After years in New York as a venture capitalist, Julia Snowden returns to Busman's Harbor, Maine, to save her family's struggling company. For years it was run by her father, but when he died, her mother turned the management over to Julia's brother-in-law Sonny, whose name is as far from his disposition as possible. Constantly butting heads with Sonny and warding off the bank's threat to call their loan, Julia lines up a wedding to be held on Morrow Island, the locale of their clambakes.

As the bride and bridal party are leaving the harbor to motor to the island, someone notices the best man missing. Tony, the groom, volunteers to stay behind and round him up while the others go to the island to prepare for the wedding. Already having wedding jitters, the bride seems even more upset by the missing best man.

When the party arrives on Morrow Island, they head towards Windsholme Mansion where the wedding will be held. As Julia throws open the door, the bride crumples to the floor crying out "Ray! Ray! Ray!" at the sight of the best man hanging from the grand staircase. Did Ray kill himself and why do it in such a visible manner where the bride would obviously see him? Was his suicide directed at her or is it murder disguised as suicide?

Julia sees her hoped for successful season flash before her eyes and shudders at the thought of losing the family business. With no hesitation, she decides to investigate.

For more books in the Clambake Series, click here.

Monday, January 16, 2017

Interview with E.M. Kaplan

Interview with E.M. Kaplan 

How many books have you published? (Checkout her books here)
I have five out so far. Three are Josie Tucker mysteries and two are epic fantasies in a series called Rise of the Masks. I'm working on mystery #4 right now. Then I'll finish the fantasy series and make it a trilogy.

Under what names do you publish?
I use EM Kaplan. M is my middle initial, but people also call me Em for Emily.

What is a day in the life of an author like? Do you write a certain number of words, do you write in the morning or evening, etc? 
I have a full-time day job with Motorola, but I sometimes write during lunch because I telecommute from home. I aim for 1,000 words a day. So sometimes I get them done at night before bedtime. I recently got a FitBit though, so now I'm trying to make 10,000 steps a day in addition with my words. Those two goals don't go well together!

Do you plot the entire book first, then write or plot as you go?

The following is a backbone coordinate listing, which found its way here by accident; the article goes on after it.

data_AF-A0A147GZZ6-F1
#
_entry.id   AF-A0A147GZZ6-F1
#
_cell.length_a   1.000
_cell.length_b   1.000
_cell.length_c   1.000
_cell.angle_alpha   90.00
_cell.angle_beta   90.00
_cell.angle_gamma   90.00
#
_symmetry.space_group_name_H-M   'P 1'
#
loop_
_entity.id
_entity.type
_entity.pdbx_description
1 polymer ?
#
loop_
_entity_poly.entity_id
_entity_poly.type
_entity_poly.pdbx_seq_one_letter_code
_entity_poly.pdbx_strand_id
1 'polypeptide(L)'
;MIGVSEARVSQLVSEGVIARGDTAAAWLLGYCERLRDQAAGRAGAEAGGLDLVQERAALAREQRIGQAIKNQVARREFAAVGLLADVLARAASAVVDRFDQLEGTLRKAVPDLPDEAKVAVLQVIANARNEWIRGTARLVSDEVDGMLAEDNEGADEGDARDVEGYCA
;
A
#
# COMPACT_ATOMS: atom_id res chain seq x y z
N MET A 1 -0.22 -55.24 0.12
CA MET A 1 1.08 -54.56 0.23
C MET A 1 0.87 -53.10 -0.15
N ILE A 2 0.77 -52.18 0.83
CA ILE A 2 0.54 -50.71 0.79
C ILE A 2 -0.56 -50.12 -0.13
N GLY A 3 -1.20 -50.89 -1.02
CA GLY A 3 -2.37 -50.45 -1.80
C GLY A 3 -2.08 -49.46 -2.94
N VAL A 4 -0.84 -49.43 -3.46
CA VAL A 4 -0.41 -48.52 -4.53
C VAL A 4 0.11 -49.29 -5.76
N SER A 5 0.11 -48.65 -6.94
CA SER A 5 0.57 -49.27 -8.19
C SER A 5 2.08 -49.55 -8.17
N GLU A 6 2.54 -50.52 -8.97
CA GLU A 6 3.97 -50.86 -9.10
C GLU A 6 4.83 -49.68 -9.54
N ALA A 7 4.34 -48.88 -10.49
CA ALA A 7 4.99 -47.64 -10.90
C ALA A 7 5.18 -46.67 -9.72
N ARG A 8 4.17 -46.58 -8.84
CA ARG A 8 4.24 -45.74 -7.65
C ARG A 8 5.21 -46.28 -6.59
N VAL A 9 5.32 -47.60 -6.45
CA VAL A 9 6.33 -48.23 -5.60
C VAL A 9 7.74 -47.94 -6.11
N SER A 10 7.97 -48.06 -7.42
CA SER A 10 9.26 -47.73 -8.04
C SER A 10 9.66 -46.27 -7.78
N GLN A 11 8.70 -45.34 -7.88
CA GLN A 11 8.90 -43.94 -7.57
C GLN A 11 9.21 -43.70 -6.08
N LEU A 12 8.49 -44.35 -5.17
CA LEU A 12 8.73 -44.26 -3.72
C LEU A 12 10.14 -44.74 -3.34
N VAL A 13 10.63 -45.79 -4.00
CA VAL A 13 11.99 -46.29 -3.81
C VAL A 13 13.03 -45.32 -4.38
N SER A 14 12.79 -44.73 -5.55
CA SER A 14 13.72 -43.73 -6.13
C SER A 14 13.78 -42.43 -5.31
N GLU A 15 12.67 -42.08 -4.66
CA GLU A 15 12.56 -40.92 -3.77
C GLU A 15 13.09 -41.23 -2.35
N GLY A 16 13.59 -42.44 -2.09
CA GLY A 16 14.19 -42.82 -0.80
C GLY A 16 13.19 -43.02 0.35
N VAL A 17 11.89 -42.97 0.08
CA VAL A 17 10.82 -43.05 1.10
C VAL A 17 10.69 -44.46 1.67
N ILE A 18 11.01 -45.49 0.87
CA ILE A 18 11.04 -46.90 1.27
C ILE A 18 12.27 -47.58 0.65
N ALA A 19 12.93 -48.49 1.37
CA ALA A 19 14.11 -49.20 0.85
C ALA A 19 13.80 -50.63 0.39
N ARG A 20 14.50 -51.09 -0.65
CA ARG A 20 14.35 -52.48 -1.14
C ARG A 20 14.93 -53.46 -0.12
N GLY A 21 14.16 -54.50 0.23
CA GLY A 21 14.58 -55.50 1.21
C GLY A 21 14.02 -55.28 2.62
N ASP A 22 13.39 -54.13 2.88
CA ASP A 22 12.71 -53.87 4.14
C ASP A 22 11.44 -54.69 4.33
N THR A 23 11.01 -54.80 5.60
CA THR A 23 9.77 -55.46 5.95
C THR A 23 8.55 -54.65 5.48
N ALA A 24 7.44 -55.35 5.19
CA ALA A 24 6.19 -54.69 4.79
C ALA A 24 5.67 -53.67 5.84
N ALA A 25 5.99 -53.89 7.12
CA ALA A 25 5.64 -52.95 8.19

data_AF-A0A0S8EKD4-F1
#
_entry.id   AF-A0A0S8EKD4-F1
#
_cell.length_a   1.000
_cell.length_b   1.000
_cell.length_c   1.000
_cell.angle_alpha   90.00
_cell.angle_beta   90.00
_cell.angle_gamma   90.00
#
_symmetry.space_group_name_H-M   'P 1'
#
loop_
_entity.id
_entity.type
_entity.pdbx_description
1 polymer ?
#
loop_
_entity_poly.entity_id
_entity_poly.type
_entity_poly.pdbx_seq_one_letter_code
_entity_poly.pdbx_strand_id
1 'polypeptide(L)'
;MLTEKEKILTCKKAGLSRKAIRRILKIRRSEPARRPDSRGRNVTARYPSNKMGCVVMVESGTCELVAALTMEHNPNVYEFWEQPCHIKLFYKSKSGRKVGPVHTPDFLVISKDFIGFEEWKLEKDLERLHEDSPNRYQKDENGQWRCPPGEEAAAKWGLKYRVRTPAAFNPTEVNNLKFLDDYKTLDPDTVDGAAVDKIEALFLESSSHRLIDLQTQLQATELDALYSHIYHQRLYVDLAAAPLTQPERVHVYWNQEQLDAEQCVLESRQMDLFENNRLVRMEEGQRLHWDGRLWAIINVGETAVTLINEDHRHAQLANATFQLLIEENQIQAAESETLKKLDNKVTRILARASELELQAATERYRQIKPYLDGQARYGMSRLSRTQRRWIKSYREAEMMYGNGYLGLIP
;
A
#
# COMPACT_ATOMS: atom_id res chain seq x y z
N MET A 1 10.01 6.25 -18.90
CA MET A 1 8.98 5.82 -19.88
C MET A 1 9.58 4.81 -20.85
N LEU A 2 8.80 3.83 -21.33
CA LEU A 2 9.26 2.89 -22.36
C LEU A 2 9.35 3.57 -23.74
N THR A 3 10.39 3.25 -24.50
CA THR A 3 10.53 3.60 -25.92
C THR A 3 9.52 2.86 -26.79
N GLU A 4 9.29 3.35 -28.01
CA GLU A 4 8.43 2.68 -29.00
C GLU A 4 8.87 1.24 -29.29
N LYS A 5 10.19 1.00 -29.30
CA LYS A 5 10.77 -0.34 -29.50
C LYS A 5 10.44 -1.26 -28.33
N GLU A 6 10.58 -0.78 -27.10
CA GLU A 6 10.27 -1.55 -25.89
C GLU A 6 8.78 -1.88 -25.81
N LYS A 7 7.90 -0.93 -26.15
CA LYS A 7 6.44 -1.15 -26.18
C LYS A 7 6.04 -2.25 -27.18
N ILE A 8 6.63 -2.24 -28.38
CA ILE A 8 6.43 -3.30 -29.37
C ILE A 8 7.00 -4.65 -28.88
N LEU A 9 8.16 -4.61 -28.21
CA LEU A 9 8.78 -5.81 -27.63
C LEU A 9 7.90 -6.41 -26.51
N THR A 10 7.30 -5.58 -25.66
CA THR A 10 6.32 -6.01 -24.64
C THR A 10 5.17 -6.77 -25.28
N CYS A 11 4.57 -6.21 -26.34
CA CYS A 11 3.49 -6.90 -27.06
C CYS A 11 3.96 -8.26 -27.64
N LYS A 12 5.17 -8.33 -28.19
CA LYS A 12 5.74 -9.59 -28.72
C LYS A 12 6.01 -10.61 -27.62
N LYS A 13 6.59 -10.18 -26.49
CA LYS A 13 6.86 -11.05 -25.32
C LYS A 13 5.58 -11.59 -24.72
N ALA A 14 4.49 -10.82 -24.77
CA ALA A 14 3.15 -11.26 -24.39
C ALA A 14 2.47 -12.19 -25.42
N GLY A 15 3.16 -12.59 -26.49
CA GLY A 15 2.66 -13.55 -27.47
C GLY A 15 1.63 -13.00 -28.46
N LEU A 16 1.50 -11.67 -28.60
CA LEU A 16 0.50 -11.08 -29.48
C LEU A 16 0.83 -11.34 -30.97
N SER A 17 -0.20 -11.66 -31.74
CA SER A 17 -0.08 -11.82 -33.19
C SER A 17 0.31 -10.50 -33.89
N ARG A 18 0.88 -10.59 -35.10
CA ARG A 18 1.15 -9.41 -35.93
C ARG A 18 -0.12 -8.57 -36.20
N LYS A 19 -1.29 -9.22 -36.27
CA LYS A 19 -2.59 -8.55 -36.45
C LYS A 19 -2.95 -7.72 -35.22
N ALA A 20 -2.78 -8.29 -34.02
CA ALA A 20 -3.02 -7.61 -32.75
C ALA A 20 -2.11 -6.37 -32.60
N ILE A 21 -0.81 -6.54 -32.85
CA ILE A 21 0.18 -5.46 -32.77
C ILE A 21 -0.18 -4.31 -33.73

Usually I think of the twist or the crux of the book first. I chose the location next. Then I think of a catchy opening scene. I start from there and push forward without plotting too much. I like some spontaneity when I write. Good things can happen accidentally.

How do you promote your books?
Marketing books has been the steepest learning curve in the whole process of becoming a writer. I started with creating a Facebook and Twitter presence. I have almost 60K followers on Twitter. From there, I met a lot of other authors who have unknowingly mentored me. I write a blog, create promotions, and run ads. I'm experimenting with the best book advertisers. So far, no one comes close to BookBub, but with steady and constant tweaking, I'm still hoping to get ahead in this game.

Who is your favorite author?
Gosh, I don't know. When I'm not writing intensely, I read 4-5 books a week. All genres. I love finding new writers who haven't hit it big yet. I used to work in a bookstore when I was in grad school in the mid-90s. I'd read a book that I kept trying to foist on all my friends. They got sick of hearing about Game of Thrones, but I didn't stop pushing it. I love Jennifer Crusie, Kristan Higgins, JK Rowling, Agatha Christie, Robin Hobb, Richard Russo, and David Sedaris...

Do you write with pen and paper or a computer?
I use a laptop that I take with me around my house. But I also scribble things on random pieces of paper I find, make notes on my mobile phone, or send myself email. All of my actual writing is on a computer now. I type much faster than I write. Sometimes faster than I can think. :)

Click here to read a review of The Bride Wore Dead.

Friday, January 13, 2017

Cooking Up Murder